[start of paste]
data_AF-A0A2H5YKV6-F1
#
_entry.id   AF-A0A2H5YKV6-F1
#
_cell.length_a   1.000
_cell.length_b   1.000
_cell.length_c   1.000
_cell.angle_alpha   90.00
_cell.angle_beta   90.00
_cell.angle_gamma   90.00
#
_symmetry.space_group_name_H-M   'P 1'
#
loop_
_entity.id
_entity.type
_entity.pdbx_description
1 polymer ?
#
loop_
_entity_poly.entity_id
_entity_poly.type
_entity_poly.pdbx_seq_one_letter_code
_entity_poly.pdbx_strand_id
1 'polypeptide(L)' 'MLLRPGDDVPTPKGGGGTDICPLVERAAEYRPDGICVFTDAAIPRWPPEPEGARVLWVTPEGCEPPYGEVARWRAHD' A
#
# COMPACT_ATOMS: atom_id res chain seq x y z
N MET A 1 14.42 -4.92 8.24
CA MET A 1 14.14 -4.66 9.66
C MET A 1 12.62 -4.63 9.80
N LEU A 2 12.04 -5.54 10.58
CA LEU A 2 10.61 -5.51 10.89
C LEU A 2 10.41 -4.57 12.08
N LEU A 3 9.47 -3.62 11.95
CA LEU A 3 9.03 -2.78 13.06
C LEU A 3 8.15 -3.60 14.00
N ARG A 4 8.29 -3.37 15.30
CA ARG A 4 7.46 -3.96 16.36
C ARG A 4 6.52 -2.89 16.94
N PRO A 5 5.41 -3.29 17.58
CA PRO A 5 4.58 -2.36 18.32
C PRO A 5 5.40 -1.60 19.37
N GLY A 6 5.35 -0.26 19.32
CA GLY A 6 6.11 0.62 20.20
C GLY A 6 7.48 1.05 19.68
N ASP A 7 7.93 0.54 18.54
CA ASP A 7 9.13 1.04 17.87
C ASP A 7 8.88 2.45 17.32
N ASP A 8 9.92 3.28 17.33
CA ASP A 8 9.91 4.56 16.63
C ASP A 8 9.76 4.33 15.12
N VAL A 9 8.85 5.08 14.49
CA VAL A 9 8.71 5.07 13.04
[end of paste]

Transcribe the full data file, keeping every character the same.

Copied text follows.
data_AF-A0A2H5YKV6-F1
#
_entry.id   AF-A0A2H5YKV6-F1
#
_cell.length_a   1.000
_cell.length_b   1.000
_cell.length_c   1.000
_cell.angle_alpha   90.00
_cell.angle_beta   90.00
_cell.angle_gamma   90.00
#
_symmetry.space_group_name_H-M   'P 1'
#
loop_
_entity.id
_entity.type
_entity.pdbx_description
1 polymer ?
#
loop_
_entity_poly.entity_id
_entity_poly.type
_entity_poly.pdbx_seq_one_letter_code
_entity_poly.pdbx_strand_id
1 'polypeptide(L)' 'MLLRPGDDVPTPKGGGGTDICPLVERAAEYRPDGICVFTDAAIPRWPPEPEGARVLWVTPEGCEPPYGEVARWRAHD' A
#
# COMPACT_ATOMS: atom_id res chain seq x y z
N MET A 1 14.42 -4.92 8.24
CA MET A 1 14.14 -4.66 9.66
C MET A 1 12.62 -4.63 9.80
N LEU A 2 12.04 -5.54 10.58
CA LEU A 2 10.61 -5.51 10.89
C LEU A 2 10.41 -4.57 12.08
N LEU A 3 9.47 -3.62 11.95
CA LEU A 3 9.03 -2.78 13.06
C LEU A 3 8.15 -3.60 14.00
N ARG A 4 8.29 -3.37 15.30
CA ARG A 4 7.46 -3.96 16.36
C ARG A 4 6.52 -2.89 16.94
N PRO A 5 5.41 -3.29 17.58
CA PRO A 5 4.58 -2.36 18.32
C PRO A 5 5.40 -1.60 19.37
N GLY A 6 5.35 -0.26 19.32
CA GLY A 6 6.11 0.62 20.20
C GLY A 6 7.48 1.05 19.68
N ASP A 7 7.93 0.54 18.54
CA ASP A 7 9.13 1.04 17.87
C ASP A 7 8.88 2.45 17.32
N ASP A 8 9.92 3.28 17.33
CA ASP A 8 9.91 4.56 16.63
C ASP A 8 9.76 4.33 15.12
N VAL A 9 8.85 5.08 14.49
CA VAL A 9 8.71 5.07 13.04